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The Ethnic Conflict Research Digest

1999, Vol. 2 No. 1 .


Race and British Electoral Politics
Edited by Shamit Saggar

(London: UCL Press/Taylor & Francis Group, 1998)
290pp. Index. ISBN hb. 1-85728-829-7.
Pb.: ISBN 1-85728-830-0, 13.95.


During the 'long campaign' prior to the 1997 British General Election politicians from the major parties demonstrated their belief that a last-minute visit to a temple, or a carefully arranged photo-opportunity with a group of young black children, would prove sufficient to capture what is erroneously termed the 'ethnic vote'. For nearly twenty-five years Labour and Conservative politicians appear to have been transfixed by the notion that ethnic minority communities can be courted en bloc, and the notion has persisted that African Caribbean's are natural Labour-voters, whilst many sections of the Asian community are more inclined towards the Conservatives. Given the persistence of such common-sense assumptions this collection provides a timely review of a wide range of issues relating to the position of minority ethnic groups in British electoral politics.

The chapters gathered together by Shamit Saggar focus on three broad levels. First is the direct role that minority groups have played in electoral terms. Saggar provides an excellent analysis of key questions and assumptions which have dogged political and academic discussion in this field. Most importantly he argues that the simplistic understanding of the 'ethnic vote' needs to be reconsidered in order to afford recognition to the complexity of the various communities whose politics are not always centred around ethnicity. The second area of analysis turns to the relation of political parties to ethnic and racial issues. Paul Rich provides a timely account of developments within the Tory Party and the impact that the reactionary 'Little Englanders' are likely to have. Kalib Shukra continues by analysing the impact the repositioning of the Labour Party is likely to have on ethnic minorities who have been attracted by the parties commitment to antiracism and equal opportunities. Andrew Geddes considers the crucial factor of candidate selection, a factor sometimes described as the main obstacle to black or Asian people wishing to become councillors or MPs.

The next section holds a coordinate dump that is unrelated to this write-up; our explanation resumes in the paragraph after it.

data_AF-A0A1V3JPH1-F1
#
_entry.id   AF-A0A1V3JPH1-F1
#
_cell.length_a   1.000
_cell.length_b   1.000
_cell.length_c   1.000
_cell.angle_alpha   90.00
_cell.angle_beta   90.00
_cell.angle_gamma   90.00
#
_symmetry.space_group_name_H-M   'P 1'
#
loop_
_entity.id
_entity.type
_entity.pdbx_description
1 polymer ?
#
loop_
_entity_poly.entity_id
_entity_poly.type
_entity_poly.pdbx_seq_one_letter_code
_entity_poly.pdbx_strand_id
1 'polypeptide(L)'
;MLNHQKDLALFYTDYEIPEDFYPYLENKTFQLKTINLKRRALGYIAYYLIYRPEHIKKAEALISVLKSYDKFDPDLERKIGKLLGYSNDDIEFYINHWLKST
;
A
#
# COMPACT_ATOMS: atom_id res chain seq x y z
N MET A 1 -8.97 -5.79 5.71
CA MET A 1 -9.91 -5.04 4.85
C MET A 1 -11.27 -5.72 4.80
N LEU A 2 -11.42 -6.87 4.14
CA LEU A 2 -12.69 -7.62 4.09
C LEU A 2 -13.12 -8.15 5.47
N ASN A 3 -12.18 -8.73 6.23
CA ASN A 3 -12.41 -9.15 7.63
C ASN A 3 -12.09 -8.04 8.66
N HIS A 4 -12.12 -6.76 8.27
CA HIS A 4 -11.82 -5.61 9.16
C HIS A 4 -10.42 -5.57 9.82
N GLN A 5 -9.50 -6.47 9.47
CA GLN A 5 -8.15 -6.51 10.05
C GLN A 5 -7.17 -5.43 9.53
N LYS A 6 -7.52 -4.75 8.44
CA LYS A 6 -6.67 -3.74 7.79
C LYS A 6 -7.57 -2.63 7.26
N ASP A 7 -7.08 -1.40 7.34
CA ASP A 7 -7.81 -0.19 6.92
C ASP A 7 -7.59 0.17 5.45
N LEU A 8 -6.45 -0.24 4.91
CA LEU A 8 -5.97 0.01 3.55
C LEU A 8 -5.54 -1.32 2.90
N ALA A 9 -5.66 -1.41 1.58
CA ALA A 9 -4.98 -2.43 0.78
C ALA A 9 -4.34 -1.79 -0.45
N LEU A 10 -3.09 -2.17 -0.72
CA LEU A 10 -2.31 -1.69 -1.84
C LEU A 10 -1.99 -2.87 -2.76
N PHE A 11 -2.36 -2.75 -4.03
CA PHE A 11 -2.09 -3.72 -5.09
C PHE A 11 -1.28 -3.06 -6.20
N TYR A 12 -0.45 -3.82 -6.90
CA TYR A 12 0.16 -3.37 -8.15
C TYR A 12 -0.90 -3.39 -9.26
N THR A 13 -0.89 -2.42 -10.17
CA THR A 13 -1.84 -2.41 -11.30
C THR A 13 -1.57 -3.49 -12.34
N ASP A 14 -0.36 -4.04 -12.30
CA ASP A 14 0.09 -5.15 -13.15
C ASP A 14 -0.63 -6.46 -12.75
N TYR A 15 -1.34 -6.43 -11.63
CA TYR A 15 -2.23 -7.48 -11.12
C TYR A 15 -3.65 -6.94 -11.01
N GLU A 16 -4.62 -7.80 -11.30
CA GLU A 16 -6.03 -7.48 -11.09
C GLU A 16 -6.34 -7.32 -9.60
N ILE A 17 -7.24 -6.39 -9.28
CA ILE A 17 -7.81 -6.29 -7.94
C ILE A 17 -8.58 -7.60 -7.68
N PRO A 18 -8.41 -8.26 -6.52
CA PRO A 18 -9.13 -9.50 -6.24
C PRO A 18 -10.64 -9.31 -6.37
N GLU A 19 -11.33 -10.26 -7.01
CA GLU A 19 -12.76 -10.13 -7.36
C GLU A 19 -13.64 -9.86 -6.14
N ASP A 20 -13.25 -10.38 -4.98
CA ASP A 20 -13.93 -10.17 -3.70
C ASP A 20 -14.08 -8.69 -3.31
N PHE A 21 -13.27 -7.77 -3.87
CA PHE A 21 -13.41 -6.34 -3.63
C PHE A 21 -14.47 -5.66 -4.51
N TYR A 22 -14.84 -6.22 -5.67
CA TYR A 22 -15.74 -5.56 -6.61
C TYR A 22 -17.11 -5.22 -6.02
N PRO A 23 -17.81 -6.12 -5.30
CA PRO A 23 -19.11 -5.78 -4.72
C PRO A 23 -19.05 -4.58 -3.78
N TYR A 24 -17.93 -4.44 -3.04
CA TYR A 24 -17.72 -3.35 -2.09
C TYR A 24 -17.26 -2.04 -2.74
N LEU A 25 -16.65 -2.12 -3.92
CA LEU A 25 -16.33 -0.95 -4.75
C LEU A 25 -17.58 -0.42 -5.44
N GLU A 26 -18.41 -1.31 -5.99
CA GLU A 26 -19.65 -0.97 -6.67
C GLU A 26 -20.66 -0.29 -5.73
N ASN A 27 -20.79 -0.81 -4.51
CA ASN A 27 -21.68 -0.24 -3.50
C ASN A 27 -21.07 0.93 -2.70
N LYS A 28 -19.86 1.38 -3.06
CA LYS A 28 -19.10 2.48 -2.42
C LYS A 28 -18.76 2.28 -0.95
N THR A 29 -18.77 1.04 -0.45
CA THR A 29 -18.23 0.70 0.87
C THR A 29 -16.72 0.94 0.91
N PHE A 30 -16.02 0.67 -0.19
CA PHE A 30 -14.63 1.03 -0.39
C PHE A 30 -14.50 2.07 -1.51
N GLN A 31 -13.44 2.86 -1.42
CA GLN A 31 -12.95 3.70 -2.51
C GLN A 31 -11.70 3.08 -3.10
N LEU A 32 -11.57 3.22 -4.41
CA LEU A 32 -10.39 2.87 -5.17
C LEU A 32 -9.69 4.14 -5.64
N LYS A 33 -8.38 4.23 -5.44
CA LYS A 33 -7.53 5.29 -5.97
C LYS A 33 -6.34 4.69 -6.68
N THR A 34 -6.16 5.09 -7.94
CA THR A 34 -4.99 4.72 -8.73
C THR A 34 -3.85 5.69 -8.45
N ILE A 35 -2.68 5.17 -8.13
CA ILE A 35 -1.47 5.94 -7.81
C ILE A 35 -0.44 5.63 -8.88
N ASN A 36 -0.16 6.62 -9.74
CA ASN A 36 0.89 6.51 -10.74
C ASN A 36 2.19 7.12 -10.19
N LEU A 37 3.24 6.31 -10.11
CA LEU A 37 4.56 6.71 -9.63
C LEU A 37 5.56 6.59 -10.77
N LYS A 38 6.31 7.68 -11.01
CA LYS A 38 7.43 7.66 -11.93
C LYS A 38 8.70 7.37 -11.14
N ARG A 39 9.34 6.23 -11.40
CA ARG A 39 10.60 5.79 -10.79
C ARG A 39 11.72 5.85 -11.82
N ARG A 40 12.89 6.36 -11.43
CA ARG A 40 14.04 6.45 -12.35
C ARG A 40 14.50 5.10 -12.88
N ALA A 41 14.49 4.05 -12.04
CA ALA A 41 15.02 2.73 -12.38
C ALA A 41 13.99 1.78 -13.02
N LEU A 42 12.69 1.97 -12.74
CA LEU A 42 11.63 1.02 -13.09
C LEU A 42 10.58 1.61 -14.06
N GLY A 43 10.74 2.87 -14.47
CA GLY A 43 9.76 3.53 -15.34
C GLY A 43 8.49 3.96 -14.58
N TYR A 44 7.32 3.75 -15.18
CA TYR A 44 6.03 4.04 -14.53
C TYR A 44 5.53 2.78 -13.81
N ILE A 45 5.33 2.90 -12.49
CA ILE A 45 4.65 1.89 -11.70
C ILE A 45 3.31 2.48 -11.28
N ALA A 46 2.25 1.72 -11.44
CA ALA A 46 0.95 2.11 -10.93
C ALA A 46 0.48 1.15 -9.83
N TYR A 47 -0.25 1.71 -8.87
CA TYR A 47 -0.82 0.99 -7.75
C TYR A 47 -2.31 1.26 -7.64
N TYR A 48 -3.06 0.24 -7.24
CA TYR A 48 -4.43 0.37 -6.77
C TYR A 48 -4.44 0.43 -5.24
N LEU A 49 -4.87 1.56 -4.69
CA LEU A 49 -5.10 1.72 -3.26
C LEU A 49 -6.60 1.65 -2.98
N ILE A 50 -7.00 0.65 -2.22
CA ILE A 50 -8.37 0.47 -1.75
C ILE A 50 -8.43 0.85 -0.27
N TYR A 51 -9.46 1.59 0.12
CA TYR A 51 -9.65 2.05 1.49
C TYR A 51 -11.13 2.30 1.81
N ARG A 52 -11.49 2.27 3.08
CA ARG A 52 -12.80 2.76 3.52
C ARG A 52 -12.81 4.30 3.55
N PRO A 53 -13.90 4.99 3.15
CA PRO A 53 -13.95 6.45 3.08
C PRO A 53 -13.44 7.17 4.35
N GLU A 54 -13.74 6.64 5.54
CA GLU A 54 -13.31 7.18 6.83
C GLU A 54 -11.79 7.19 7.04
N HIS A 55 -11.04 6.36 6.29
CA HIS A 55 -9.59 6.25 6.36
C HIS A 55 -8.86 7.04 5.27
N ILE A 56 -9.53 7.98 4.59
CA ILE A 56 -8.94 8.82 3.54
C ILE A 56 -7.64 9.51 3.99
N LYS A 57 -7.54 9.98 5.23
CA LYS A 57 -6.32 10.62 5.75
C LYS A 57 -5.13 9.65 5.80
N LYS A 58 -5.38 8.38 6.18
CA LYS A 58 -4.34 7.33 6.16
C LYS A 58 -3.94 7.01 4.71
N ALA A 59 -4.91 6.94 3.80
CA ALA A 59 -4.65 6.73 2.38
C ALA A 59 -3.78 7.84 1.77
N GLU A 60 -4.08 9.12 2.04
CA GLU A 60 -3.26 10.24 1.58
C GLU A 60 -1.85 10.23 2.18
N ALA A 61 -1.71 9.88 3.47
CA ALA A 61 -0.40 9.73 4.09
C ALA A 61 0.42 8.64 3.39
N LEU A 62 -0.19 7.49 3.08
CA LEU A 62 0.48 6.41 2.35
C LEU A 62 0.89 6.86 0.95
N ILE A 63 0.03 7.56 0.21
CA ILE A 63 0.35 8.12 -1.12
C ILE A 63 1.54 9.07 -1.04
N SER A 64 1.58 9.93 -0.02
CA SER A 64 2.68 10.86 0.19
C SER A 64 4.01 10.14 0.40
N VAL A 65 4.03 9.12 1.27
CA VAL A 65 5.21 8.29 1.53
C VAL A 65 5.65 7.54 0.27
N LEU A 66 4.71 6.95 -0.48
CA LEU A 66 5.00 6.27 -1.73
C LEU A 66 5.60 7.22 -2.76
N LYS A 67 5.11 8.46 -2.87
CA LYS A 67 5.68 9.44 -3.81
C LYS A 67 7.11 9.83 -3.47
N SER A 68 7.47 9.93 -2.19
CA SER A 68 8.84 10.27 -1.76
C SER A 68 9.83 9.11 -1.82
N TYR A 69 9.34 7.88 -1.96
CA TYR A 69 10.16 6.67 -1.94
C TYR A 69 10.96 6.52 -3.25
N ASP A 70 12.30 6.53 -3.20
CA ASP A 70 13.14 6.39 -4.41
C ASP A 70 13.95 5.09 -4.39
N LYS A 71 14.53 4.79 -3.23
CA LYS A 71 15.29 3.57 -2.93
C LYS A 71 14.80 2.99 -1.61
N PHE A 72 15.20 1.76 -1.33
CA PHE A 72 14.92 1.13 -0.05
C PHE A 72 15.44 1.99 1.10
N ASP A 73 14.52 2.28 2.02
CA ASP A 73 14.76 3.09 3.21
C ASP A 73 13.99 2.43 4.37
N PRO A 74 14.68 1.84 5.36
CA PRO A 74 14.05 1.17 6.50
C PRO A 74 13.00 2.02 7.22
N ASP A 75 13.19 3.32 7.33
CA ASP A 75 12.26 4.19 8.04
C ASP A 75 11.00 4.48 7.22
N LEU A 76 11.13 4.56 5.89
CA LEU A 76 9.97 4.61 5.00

The final part of the book considers ethnic minority members, activists and candidates. Divisions within the Labour Party during the 1980s over 'Black Sections' and the 1992 controversy of the Conservative Party reaction to John Taylor's candidature in Cheltenham indicate how significant racial and ethnic issues have been to the internal development of the main parties. As several contributors to this text indicate, the repositioning of new Labour is the most obvious example of the manner of the shifting axis of party politics in Britain, changes which make the future position and role of ethnic minorities difficult to predict - this book, however, provides interesting analysis of the background against which such developments will occur.


Mike Rowe, Leicester University



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